How to Guide Traffic With Domain Name Portfolios

In recent posts, we’ve focused on how ecommerce managers can use inbound marketing techniques to guide traffic to their shopping carts. This post will focus on enticing visitors to your site by building a strategic domain name portfolio.

I’m referring to the practice of identifying, registering, and using domain names that relate to your business for SEO and improving type-in traffic. A good portfolio also prevents competitors from poaching your potential customers.

What Kind Of Domain Names Do I Need?

Your domain name will either be geared toward “brandability or discoverability.” A domain name geared toward branding is one like, whose brand and domain name is catchy and memorable, but doesn’t really describe the product or service being offered.

Compare that type of brand and domain name with one like which basically tells you what you’re going to find on the site. Even though may not have the same brand recognition as Zappos, since they target the relevant keywords of the shoe market, they turn up pretty high in search engine results related to buying shoes.

The first thing you want to do is identify which keywords are leading to your business. Then see if you can pick up some of that traffic by registering those domain names and tying it into site.

Companies with a strong brand name should invest in domain names that combine your brand with discoverability. For example, Zappos also owns and, which ties right back into when you navigate there directly.

Although part of the strategy behind acquiring these types of domain names is to keep them out of the hands of Zappos’ competitors and cybersquatters, Zappos’ search engine rankings benefit from the keywords these domain names target.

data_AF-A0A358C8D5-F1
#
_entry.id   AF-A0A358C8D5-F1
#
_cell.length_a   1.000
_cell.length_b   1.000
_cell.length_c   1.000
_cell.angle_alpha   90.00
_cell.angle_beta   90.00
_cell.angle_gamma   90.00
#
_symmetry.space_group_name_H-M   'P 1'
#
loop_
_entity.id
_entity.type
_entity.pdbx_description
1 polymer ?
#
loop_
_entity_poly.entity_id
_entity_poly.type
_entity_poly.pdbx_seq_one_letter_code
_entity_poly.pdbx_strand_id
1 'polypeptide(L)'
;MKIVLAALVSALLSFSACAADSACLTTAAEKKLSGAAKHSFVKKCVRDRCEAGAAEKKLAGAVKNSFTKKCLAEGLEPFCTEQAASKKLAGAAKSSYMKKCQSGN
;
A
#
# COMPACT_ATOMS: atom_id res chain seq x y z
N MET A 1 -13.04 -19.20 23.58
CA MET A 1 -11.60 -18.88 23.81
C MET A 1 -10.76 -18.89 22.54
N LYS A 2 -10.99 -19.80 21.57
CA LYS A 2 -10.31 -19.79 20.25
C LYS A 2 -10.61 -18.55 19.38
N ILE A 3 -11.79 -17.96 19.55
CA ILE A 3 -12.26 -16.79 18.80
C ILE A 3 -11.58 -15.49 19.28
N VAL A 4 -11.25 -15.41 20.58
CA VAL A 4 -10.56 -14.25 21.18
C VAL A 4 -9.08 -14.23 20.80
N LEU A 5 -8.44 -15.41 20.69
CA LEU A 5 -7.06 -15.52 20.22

Capitalize On Type-In Traffic…

Ecommerce merchants can capitalize on the fact that many people search for products by typing keywords followed by a top level domain into the address bar of their browser. A good example is Lavasoft, a global leader in anti-spyware software.

Even though their homepage URL is geared toward highlighting their brand, they wisely chose to invest in the domain name This way, any consumer using this popular keyword with the world’s most common generic top level domain (gTLD) for direct navigation, lands on Lavasoft’s highly relevant page.

Consider the opposite situation. The domain name was not registered by Microsoft, although and were. So now, those who are searching for the Microsoft Excel program, may very likely end up looking at a company that specializes in voice and data services.

As an ecommerce professional, the last thing you want is your branded product being confused with something else.

…And ccTLDs…

When building your portfolio, don’t forget the traffic you can get from country code top level domains (ccTLDs). Companies that engage in global ecommerce should identify their top regional markets and register the country specific domain name.

TuneUp Software, for example, is able to direct American customers to and German customers to, where each site presents a localised shopping experience.

…And Typos!

Another way of targeting inbound customers while protecting your brand is to register common misspellings of your domain names. Yahoo ties and to its home page so as not to lose out on any potential visitors, but it also prevents squatters from diverting their traffic.

Someone Else Already Registered The Name You Want

Let’s say that you’ve taken our advice and strategically considered all the different keywords, misspellings, and popular regions you want to target with a domain name. You may find that your desired name is already registered by someone else.

If the keyword is valuable, consider buying it from the registrant. If the registrant is merely parking the domain, but not willing to part with it, you can also consider entering into an affiliate relationship with them.


Targeting direct traffic and keywords through a strategic domain name portfolio is an excellent inbound marketing tactic. You can expand the number of searching customers who find your website, bring in traffic you might have otherwise missed through users’ typos, and protect yourself against domain squatters.


  1. Nik

    Great article. This would be even more relevant for Small Business owners who don’t have large marketing budgets yet still need a web presence.

  2. Elan Sherbill - Post Author

    Hi Nik,

    Thanks for the comment. And I think you are exactly on point. With a strategic plan, small business owners can build a strong domain name portfolio that will capitalize on search and typ-in traffic, even on a shoe-string budget of a couple hundred dollars.

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